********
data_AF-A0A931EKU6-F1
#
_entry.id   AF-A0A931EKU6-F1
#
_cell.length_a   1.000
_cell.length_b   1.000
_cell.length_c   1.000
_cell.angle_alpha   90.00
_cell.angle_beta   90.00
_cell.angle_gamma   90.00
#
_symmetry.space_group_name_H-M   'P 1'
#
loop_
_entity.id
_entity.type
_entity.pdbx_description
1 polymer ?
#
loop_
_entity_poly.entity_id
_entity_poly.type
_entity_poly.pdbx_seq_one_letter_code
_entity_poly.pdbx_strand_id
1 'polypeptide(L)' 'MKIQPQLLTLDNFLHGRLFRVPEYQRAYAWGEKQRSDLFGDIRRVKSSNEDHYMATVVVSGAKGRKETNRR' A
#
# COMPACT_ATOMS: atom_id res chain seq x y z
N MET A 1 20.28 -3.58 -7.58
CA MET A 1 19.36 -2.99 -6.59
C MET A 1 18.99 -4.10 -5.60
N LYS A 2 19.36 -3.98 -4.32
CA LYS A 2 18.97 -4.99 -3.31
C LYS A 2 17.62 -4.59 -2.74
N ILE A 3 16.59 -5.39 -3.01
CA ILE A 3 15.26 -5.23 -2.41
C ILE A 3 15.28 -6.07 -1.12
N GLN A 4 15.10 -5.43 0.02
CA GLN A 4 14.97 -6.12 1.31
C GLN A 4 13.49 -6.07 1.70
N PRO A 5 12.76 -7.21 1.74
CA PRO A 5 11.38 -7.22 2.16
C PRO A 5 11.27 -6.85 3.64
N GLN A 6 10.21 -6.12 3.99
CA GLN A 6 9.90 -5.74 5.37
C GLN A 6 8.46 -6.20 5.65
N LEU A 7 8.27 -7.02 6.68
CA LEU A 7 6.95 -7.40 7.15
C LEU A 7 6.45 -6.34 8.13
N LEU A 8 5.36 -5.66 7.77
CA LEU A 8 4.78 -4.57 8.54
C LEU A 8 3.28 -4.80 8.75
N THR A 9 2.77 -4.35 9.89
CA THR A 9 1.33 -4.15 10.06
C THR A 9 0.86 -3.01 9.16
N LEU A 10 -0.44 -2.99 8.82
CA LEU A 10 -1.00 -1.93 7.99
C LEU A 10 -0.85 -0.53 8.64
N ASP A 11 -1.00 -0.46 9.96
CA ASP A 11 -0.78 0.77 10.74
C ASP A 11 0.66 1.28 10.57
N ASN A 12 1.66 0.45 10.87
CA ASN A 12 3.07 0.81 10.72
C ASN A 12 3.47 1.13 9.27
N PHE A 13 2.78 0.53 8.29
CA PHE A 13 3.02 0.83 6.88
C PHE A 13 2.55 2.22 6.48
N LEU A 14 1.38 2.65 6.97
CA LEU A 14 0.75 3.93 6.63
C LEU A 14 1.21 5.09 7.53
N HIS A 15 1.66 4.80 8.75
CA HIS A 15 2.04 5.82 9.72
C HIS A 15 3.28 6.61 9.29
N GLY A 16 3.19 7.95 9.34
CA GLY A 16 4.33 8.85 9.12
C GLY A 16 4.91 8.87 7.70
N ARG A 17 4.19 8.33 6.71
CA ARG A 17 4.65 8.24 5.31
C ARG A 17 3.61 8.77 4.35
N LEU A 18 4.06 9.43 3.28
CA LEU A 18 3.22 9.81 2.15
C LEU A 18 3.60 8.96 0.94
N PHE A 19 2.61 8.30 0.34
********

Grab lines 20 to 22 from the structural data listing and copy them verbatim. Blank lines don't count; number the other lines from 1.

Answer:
loop_
_entity_poly.entity_id
_entity_poly.type